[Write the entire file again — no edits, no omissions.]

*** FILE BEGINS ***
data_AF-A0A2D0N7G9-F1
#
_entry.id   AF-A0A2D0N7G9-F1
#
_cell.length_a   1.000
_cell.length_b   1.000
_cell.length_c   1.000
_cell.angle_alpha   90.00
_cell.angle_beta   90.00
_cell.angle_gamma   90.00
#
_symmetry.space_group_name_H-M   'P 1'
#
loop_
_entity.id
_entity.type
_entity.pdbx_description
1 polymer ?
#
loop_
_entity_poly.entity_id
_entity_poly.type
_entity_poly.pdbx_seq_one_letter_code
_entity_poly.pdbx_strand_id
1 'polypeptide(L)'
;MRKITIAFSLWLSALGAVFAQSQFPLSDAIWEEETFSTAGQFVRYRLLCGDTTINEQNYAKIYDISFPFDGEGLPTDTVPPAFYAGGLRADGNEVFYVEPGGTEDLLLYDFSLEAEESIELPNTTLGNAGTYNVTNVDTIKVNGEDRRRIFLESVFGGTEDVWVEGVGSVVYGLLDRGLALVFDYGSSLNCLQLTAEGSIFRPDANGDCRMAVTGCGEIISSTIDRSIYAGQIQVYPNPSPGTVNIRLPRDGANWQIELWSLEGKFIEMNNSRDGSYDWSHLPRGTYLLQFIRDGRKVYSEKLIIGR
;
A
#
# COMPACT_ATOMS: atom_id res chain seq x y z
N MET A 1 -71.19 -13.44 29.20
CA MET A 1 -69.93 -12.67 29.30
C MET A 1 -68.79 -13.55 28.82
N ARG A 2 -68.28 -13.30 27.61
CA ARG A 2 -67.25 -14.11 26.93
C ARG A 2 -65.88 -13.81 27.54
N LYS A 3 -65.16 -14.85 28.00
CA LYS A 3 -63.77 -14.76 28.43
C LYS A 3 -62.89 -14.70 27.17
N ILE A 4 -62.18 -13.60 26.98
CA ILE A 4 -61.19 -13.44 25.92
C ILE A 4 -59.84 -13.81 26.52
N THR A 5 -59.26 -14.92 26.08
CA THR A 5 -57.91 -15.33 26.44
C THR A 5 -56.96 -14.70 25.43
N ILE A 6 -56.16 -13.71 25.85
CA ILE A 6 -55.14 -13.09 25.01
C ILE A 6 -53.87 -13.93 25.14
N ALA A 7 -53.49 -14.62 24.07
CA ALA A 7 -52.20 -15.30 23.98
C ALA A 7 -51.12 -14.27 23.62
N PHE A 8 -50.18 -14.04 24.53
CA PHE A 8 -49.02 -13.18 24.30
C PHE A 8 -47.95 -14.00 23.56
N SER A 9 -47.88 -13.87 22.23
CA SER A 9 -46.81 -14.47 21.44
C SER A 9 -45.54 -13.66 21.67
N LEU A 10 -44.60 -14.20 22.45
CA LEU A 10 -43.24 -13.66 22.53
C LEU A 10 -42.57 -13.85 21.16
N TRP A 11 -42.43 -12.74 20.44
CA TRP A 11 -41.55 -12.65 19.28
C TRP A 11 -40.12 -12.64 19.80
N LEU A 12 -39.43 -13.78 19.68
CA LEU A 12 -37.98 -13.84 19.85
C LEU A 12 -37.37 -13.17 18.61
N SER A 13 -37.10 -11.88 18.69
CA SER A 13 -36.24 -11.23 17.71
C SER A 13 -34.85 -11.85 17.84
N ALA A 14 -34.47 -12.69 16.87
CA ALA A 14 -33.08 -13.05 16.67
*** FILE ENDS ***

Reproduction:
data_AF-A0A2D0N7G9-F1
#
_entry.id   AF-A0A2D0N7G9-F1
#
_cell.length_a   1.000
_cell.length_b   1.000
_cell.length_c   1.000
_cell.angle_alpha   90.00
_cell.angle_beta   90.00
_cell.angle_gamma   90.00
#
_symmetry.space_group_name_H-M   'P 1'
#
loop_
_entity.id
_entity.type
_entity.pdbx_description
1 polymer ?
#
loop_
_entity_poly.entity_id
_entity_poly.type
_entity_poly.pdbx_seq_one_letter_code
_entity_poly.pdbx_strand_id
1 'polypeptide(L)'
;MRKITIAFSLWLSALGAVFAQSQFPLSDAIWEEETFSTAGQFVRYRLLCGDTTINEQNYAKIYDISFPFDGEGLPTDTVPPAFYAGGLRADGNEVFYVEPGGTEDLLLYDFSLEAEESIELPNTTLGNAGTYNVTNVDTIKVNGEDRRRIFLESVFGGTEDVWVEGVGSVVYGLLDRGLALVFDYGSSLNCLQLTAEGSIFRPDANGDCRMAVTGCGEIISSTIDRSIYAGQIQVYPNPSPGTVNIRLPRDGANWQIELWSLEGKFIEMNNSRDGSYDWSHLPRGTYLLQFIRDGRKVYSEKLIIGR
;
A
#
# COMPACT_ATOMS: atom_id res chain seq x y z
N MET A 1 -71.19 -13.44 29.20
CA MET A 1 -69.93 -12.67 29.30
C MET A 1 -68.79 -13.55 28.82
N ARG A 2 -68.28 -13.30 27.61
CA ARG A 2 -67.25 -14.11 26.93
C ARG A 2 -65.88 -13.81 27.54
N LYS A 3 -65.16 -14.85 28.00
CA LYS A 3 -63.77 -14.76 28.43
C LYS A 3 -62.89 -14.70 27.17
N ILE A 4 -62.18 -13.60 26.98
CA ILE A 4 -61.19 -13.44 25.92
C ILE A 4 -59.84 -13.81 26.52
N THR A 5 -59.26 -14.92 26.08
CA THR A 5 -57.91 -15.33 26.44
C THR A 5 -56.96 -14.70 25.43
N ILE A 6 -56.16 -13.71 25.85
CA ILE A 6 -55.14 -13.09 25.01
C ILE A 6 -53.87 -13.93 25.14
N ALA A 7 -53.49 -14.62 24.07
CA ALA A 7 -52.20 -15.30 23.98
C ALA A 7 -51.12 -14.27 23.62
N PHE A 8 -50.18 -14.04 24.53
CA PHE A 8 -49.02 -13.18 24.30
C PHE A 8 -47.95 -14.00 23.56
N SER A 9 -47.88 -13.87 22.23
CA SER A 9 -46.81 -14.47 21.44
C SER A 9 -45.54 -13.66 21.67
N LEU A 10 -44.60 -14.20 22.45
CA LEU A 10 -43.24 -13.66 22.53
C LEU A 10 -42.57 -13.85 21.16
N TRP A 11 -42.43 -12.74 20.44
CA TRP A 11 -41.55 -12.65 19.28
C TRP A 11 -40.12 -12.64 19.80
N LEU A 12 -39.43 -13.78 19.68
CA LEU A 12 -37.98 -13.84 19.85
C LEU A 12 -37.37 -13.17 18.61
N SER A 13 -37.10 -11.88 18.69
CA SER A 13 -36.24 -11.23 17.71
C SER A 13 -34.85 -11.85 17.84
N ALA A 14 -34.47 -12.69 16.87
CA ALA A 14 -33.08 -13.05 16.67